Tag: chip

Intel expands Xeon E5 family

The-Meaning-of-Life-monty-python-17864160-852-480Intel has expanded its Xeon E5 family and giving them higher core counts, the more advanced Haswell-EP architecture, and DDR4.

The result, at least on paper, turns the E5 into a top of the range server chip and a big leap for the entire Xeon E5 series.

The Xeon E5 v2 chips, based on Ivy Bridge, topped out at 12 cores per socket, however the new cores can manage 18 cores per socket.

What makes the new chips slightly less appealing is that there is an increase in the power draw, the Xeon E5 v2 family ranged from 50W to 150W, whereas the Xeon E5 v3 family will span 55W – 160W in a single workstation configuration.

It is all possible because of the Haswell architecture which doubled certain cache bandwidths and introduced features like AVX2, which offers a theoretical near-doubling of floating point performance.

AVX2 did not turn out as sexy as Intel had hoped because most consumer software does not got a benefit from using it.

But in high performance computing, database processing, and other enterprise tasks it is starting to get noticed. Intel has also provided full support for DDR4. Exactly how much DDR4 you can use per socket will depend on your the clock speed and the restrictions on these systems are fairly tight. DDR4-1866 will only allow two DIMMs per channel.

Other features include integrated USB 3.0 support, a full suite of SATA 6G ports, and up to four 10 GigE ports.


Intel re-ARMing

rearm 2It seems that Intel has decided that in the long term its rival ARM has the right idea. We revealed that in the Eye a couple of weeks back.

Intel’s Brian Krzanich told the Citi Global Technology Conference that while ten years down the road the company will continue to get a bulk of its revenue from PCs and servers, a significant part of its revenue will come from mobile, Internet-of-Things and other emerging market segments.

To do that it will need to come up with some ultra-low-cost devices that will still need computing and communications capabilities.

That will mean working out a way to “take our silicon leadership and our architecture down into we talk about parts that may only cost $0.50 and have comms, CPU, everything down there and can run on small batteries.”

Although this is the normal “internet of things” style talk, it is the first time that Chipzilla has given the world its coming vision. In this case it is a super small chip which can run an entire computer’s services for less than 50 cents.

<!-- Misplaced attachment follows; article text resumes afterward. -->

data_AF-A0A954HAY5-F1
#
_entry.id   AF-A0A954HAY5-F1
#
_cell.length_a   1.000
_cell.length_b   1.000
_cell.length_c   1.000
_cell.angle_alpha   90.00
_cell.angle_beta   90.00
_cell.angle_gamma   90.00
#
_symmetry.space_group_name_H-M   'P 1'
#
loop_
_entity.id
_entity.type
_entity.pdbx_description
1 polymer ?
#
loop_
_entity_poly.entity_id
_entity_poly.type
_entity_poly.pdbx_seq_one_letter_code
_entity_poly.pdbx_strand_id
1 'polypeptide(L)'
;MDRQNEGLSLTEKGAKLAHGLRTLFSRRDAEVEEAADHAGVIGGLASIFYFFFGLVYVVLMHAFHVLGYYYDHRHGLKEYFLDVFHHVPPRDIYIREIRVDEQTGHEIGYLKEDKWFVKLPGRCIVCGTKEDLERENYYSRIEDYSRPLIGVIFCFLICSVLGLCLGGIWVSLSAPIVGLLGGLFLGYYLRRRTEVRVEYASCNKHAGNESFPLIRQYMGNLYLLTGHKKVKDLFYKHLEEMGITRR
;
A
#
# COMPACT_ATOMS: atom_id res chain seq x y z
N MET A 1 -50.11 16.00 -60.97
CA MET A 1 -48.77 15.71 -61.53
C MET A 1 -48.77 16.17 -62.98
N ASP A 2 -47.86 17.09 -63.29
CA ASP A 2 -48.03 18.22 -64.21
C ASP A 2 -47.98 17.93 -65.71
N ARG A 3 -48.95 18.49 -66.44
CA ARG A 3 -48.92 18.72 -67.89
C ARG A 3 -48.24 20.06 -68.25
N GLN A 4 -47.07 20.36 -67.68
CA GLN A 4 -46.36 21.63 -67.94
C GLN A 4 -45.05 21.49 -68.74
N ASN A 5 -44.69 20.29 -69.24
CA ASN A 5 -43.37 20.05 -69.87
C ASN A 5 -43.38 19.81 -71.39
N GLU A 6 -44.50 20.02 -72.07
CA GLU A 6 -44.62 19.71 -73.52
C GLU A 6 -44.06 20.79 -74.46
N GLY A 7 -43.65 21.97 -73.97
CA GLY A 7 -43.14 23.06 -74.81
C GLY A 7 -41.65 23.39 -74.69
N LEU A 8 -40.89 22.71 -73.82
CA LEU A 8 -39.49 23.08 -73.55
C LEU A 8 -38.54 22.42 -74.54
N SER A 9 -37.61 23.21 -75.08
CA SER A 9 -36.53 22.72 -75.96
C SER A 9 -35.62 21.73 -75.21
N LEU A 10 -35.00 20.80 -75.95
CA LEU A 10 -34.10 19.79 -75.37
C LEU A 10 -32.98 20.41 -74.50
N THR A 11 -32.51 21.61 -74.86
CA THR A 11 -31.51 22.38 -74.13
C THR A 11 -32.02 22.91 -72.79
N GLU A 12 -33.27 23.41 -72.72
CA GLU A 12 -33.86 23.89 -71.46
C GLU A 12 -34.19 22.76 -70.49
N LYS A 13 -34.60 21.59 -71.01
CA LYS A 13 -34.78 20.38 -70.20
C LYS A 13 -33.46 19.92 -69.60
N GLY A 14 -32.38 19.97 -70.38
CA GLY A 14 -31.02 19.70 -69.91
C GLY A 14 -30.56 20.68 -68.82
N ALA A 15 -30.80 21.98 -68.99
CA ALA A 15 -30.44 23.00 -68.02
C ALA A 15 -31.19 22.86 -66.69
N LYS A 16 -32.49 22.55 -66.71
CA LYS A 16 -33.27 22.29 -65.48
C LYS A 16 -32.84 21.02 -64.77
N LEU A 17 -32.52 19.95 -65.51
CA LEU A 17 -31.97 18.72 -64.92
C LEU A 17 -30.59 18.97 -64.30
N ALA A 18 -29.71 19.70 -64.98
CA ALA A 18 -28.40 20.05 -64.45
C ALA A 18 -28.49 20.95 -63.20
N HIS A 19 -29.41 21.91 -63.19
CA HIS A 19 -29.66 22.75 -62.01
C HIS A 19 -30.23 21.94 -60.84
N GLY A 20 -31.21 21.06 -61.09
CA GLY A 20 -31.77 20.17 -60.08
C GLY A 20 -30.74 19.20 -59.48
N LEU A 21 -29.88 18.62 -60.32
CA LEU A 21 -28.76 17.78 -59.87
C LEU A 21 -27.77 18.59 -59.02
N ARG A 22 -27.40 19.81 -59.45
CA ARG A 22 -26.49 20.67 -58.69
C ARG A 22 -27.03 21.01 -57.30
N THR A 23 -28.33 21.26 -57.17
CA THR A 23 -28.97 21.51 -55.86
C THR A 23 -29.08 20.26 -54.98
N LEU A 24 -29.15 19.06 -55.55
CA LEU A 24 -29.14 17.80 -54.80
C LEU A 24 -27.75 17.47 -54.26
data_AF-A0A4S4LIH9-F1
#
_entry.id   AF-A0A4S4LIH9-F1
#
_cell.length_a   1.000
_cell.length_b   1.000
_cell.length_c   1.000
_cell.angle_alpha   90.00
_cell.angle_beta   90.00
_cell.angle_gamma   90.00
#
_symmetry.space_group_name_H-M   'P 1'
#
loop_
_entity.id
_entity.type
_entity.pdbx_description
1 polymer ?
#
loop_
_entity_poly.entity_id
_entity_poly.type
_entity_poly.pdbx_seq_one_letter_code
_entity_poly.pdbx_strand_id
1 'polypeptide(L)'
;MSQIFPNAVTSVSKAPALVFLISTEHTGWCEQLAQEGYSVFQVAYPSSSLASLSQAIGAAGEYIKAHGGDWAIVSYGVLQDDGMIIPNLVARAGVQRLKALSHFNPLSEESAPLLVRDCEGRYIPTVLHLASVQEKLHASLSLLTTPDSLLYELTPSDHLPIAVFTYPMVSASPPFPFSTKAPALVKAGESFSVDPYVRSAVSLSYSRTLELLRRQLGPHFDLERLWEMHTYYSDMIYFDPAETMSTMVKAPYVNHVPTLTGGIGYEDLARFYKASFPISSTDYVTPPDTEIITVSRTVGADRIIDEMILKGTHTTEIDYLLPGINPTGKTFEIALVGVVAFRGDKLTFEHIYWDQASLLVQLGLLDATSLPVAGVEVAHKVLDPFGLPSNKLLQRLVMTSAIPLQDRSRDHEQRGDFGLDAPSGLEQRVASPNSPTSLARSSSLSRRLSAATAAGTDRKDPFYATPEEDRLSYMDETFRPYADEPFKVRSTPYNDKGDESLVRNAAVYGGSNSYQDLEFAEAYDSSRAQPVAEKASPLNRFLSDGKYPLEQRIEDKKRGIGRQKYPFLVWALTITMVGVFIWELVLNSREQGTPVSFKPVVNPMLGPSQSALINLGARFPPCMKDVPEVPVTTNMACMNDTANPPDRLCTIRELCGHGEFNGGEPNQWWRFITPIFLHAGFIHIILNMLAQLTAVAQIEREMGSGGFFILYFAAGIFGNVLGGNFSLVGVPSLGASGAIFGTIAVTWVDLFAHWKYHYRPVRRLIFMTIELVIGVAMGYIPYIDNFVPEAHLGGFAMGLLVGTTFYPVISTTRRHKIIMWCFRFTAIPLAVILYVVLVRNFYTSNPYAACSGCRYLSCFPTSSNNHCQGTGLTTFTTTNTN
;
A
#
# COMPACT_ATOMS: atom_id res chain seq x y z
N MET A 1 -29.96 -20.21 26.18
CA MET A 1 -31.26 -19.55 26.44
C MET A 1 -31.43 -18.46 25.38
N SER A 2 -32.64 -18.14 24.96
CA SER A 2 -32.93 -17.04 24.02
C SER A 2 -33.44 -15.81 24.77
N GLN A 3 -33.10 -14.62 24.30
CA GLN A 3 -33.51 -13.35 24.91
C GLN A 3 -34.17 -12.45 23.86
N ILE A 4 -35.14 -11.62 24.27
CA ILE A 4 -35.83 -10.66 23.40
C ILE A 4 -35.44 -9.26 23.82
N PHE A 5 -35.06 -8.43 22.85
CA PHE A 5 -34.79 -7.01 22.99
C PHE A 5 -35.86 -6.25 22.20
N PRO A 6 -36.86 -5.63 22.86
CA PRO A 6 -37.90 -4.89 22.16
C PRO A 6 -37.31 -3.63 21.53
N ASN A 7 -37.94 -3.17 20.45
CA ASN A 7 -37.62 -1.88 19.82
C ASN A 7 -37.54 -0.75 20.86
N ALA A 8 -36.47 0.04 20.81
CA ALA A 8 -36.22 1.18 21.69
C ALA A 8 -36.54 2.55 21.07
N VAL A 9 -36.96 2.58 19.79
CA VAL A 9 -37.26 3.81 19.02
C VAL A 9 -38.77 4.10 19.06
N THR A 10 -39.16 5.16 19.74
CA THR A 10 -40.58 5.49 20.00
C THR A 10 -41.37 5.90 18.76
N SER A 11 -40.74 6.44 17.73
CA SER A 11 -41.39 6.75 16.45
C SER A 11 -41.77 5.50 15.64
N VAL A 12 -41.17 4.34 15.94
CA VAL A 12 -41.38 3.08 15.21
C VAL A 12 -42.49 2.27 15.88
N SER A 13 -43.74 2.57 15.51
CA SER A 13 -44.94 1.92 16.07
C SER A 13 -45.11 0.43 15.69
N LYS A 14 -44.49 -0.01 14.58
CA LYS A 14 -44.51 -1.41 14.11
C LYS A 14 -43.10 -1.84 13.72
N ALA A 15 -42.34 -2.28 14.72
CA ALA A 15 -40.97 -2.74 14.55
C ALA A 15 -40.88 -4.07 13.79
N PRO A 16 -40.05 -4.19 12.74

Intel has stayed out of the cheap chips market because the margins are incredibly small, but it is starting to look like it has realised that the Internet of Things will mean low-margin, micro-controllers and other low-cost chips. This will make it difficult for Intel to maintain its traditional 60 percent mark up.

Krzanich said that in a decade, Intel is definitely going to be a broader company across the much broader spectrum of computing. He is also not predicting the death of the PC or the server any time soon.


Woe never ends for Renesas

renesas-chips (1)Japanese chipmaker Renesas is still in trouble and might have to make even deeper cuts to its organisation.

The outfit has just finished a restructuring and is focusing its business on the automotive and industrial sectors and has pulled it back into the black after years of losses.

However Renesas Chairman and CEO Hisao Sakuta said that the company still had too many people and he expects people to quit.

Renesas was hit hard by the March 2011 earthquake which shut a key chip plant for months and sent customers looking for other suppliers.  The company was rescued by government-backed funds but had to sell an integrated chip factory in northern Japan to Sony.  Renesas SP Drivers will be sold to Synaptics for $475 million.

Renesas has so far cut more than 10,000 jobs and racked up $3.3 billion in cumulative net losses over the last four financial years.

It had its fifth round of a voluntary early retirement programme in September which was taken up by 361 employees.  So far the group work force had shrunk to 27,200 as of end-March from 42,800 two years earlier.

Last week, Renesas unveiled a chip using new technologies that it aims to eventually apply to autonomous driving, which merges together feeds from cameras fitted to the car to create a 3D image and can detect pedestrians within several meters of a vehicle.

Test shipments of the chip begin this month, while full production and supply will likely begin in 2016, Renesas said. It is also developing technologies that will enable valet parking of a car by itself, without a driver inside.

Intel to buy MediaTek prediction

entrailsThe fortune-tellers at RBC Capital Markets have emerged from their blood-stained temples with a dark prediction for MediaTek.

Analyst Doug Freedman, after seeing the liver of a particularly well fed Ram, claims that Intel will write a cheque for $27 billion to buy wireless chipmaker MediaTek within three years.

He told the Street that the deal would make sense as Intel’s earnings would grow and would help stop the investment losses it is incurring to grow wireless market share.

Freedman said the deal will happen within the next two-to-three years “almost out of necessity.” He said that  MediaTek’s purchase is Intel’s best option to grow in the wireless market. Intel may also find that the timing is improving for a large deal as the baseband market continues to consolidate, the analyst said.

Although $27 billion is a lot of dosh, Chipzilla is already spending more than $1 billion a quarter to expand into the mobile and wireless market.  This money appears to be just disappearing and the company is suffering heavy losses in the unit as it tries to boost market share beyond the single digits. Over all buying MediaTek could be a less expensive way to drive market share gains and would entail less risk, Freedman said.

MediaTek is a big name in mobile and tablet chipsets, in addition to Bluetooth, WLAN and GPS chips and NFC system on chips.  While Intel pines away in the baseband market,  MediaTek has made steady market share gains.

This would be the second time that Intel has had to buy the stairway to wireless heaven. In 2010 Intel bought Infineon’s wireless solutions business for $1.4 billion .  However Intel’s baseband market share has fallen to the mid-single digits.